I read a review of James Hynes’ most recent novel and thought it sounded intriguing. It is intriguing, maddening, moving, and more.
James Hynes’ Next (320 pages, Reagan Arthur Books, $23.99) is a study in contradictions. The hero, Kevin Quinn, is a paranoid obsessive. He panics as his plane takes off from Detroit in the morning—he looks for trails of missile smoke as the plane gains altitude—and he virtually undresses (mentally, I mean) every woman he meets in this odd and oddly apocalyptic day.
Kevin is sneaking away from his quasi-academic job—he works as an in-house editor for the Asian Studies Department at the University of Michigan in Ann Arbor—in order to meet with a private firm of off-site editors in Austin, Texas, who have a good job available in his field. Needless to say, he is nervous about moving from the non-profit to the for-profit sector, and he is not even sure whether he wants to move at all. He has a girlfriend in Ann Arbor, called Stella; and even though he is not sure whether he loves Stella, who is much younger than the fifty-year old Kevin, he is sure that he is flattered by her attention and he has to admit to himself that he really does enjoy spending time with her.
That does not stop him from chatting up an elegant young Asian woman on the plane and even fantasizing about what might be possible either sexually or in terms of a relationship with her. Once we know Kevin better, we realize that he does this with almost every woman he sees. He does it with dozens in the course of the move, but there are three that take his attention for a considerable length of time. One is the girl from the plane, who is called Kitty, and whom he ends up trailing around a corner of Austin. This ends badly, as one might imagine it might, but along comes a Latina doctor, who helps him out of a tough situation and takes him to lunch. She is an intriguing character, and Kevin is deeply attracted to her muscular frame—she’s in amazing shape—but he also likes her and wishes he could spend longer with her than just these few hours.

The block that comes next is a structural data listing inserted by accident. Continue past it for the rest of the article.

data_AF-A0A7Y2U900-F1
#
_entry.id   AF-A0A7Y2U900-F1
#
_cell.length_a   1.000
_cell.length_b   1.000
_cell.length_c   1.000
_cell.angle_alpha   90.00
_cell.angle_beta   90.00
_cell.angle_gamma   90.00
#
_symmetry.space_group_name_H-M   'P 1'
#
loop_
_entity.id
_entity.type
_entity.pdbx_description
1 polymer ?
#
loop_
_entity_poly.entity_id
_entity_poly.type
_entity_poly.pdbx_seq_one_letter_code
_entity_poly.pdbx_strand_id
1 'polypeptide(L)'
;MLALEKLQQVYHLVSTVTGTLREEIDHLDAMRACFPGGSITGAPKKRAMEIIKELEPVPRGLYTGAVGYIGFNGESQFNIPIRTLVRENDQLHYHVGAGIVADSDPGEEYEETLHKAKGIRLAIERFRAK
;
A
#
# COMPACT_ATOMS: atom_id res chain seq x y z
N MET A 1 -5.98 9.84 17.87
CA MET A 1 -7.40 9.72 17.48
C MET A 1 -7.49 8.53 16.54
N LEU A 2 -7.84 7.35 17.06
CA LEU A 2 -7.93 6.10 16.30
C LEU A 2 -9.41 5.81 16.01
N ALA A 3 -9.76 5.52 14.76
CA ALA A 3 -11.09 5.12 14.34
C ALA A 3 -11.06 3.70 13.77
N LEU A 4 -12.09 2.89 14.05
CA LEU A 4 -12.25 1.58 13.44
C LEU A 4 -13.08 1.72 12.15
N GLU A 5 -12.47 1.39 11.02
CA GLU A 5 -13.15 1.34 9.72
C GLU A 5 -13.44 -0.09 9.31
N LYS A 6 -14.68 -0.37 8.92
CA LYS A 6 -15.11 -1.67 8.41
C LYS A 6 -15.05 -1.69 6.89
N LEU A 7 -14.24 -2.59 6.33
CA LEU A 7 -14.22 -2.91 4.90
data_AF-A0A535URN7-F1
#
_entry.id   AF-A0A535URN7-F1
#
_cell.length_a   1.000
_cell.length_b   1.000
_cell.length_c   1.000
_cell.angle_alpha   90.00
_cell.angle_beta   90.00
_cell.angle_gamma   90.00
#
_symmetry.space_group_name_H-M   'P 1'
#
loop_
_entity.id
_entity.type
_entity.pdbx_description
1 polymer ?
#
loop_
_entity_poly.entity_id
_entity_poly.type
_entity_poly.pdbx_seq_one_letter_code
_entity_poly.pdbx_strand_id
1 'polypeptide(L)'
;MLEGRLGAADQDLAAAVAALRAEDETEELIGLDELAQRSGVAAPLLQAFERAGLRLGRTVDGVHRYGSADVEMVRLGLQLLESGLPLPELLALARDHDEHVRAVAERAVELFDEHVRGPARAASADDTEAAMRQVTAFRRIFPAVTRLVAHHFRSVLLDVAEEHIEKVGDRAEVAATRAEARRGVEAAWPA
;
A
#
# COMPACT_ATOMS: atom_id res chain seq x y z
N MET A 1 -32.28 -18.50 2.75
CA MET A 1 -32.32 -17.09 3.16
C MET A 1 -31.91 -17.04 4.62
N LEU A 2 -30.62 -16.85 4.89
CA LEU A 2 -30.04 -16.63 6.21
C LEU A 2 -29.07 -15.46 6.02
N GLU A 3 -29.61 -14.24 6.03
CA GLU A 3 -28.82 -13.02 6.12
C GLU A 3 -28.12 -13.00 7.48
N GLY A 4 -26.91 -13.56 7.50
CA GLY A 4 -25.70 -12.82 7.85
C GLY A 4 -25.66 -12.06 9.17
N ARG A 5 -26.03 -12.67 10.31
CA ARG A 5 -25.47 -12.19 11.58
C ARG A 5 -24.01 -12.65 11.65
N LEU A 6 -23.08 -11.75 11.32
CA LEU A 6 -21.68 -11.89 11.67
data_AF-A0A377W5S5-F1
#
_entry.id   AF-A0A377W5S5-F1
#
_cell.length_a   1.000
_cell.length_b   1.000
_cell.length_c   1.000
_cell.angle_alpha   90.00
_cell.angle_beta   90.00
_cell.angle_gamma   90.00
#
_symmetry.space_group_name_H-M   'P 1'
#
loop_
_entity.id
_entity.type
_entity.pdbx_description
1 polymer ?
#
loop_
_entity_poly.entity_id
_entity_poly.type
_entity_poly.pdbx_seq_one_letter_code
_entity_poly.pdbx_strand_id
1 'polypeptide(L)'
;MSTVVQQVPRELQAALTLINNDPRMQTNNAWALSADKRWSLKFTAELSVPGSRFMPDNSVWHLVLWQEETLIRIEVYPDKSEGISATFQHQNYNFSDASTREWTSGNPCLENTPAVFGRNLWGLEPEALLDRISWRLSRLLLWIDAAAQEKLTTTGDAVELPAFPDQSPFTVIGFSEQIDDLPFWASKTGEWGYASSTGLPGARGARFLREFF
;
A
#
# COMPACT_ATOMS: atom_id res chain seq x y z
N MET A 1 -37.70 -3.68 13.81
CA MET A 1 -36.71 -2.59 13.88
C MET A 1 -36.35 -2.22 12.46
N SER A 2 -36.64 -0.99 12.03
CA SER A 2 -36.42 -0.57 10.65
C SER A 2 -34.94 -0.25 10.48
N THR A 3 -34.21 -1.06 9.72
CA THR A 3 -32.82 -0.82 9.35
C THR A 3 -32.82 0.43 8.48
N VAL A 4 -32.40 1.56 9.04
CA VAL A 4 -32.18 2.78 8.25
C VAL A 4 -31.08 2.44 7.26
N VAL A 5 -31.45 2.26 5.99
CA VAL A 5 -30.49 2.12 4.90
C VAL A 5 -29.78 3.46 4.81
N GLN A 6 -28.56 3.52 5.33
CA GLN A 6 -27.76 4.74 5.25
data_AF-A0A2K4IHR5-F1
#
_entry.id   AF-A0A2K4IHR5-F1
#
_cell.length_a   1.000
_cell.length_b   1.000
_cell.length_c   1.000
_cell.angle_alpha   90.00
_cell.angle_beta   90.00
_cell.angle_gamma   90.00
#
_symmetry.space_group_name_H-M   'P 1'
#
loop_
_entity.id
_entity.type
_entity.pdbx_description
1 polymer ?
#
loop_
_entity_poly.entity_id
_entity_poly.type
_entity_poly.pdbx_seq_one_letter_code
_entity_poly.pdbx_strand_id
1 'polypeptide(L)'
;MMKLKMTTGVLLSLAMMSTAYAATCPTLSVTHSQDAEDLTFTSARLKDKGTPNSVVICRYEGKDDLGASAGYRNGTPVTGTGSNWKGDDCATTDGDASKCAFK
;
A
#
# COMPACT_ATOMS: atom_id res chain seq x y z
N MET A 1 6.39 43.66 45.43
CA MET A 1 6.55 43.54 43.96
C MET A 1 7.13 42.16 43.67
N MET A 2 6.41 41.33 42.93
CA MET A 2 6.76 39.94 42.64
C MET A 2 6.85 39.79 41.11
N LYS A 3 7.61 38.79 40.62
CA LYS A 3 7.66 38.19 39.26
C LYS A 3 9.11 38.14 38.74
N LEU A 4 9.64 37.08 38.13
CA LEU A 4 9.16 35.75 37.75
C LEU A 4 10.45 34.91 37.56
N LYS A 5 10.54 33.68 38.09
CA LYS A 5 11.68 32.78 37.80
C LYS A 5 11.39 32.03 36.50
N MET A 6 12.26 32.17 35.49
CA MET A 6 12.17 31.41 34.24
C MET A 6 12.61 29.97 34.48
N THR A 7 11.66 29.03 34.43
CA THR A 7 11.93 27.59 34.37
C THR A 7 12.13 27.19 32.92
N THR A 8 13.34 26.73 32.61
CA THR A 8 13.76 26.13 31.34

While these meetings are going on—Kevin had arrived much earlier for his interview than he needed to—Kevin also runs mentally through the various relationships he has had. There is Beth, with whom he was partnered for eight years, until her desire for a child led her to leave him in frustration and anger. He loved Beth deeply, and he has never quite gotten over her leaving, but he also knows that he could not have been the husband she really wanted. There are one or two other key loves, brought up in semi-erotic ways as he makes his way around steamy Austin. And he also thinks at length about Stella. All his doubt about her, his love for her, his confusion about whether or not he wants a child—he has found a pregnancy test in the trash—and his sense of her smile, her personality, her energy propel him through his day in Austin, which is, oddly enough, premised on the assumption that he might leave her to move to Texas.
And then there is one more woman, whom he meets at Starbuck’s while figuring out what to do in his time before the interview, and he meets her again near the end of the novel. In some ways, she comes to mean more to him than anyone.
Hynes' leads Kevin to an apocalyptic closing, but it is a suitable close to this wildly obsessive tale. It makes such compelling reading, in part because Kevin is such a one-note walking erection. But it is compelling too because out of this obsession comes something deeply vulnerable and terribly moving.
There is beautiful writing here, and we might have the feeling that no one has taken us quite where Hynes takes us at the end of this novel. “Yet another 9/11 tale,” we might think when we start this novel, but I guarantee you it is unlike any other novel that has confronted the issue of terrorism.
Pick it up at Powell's, Amazon, or Vroman's.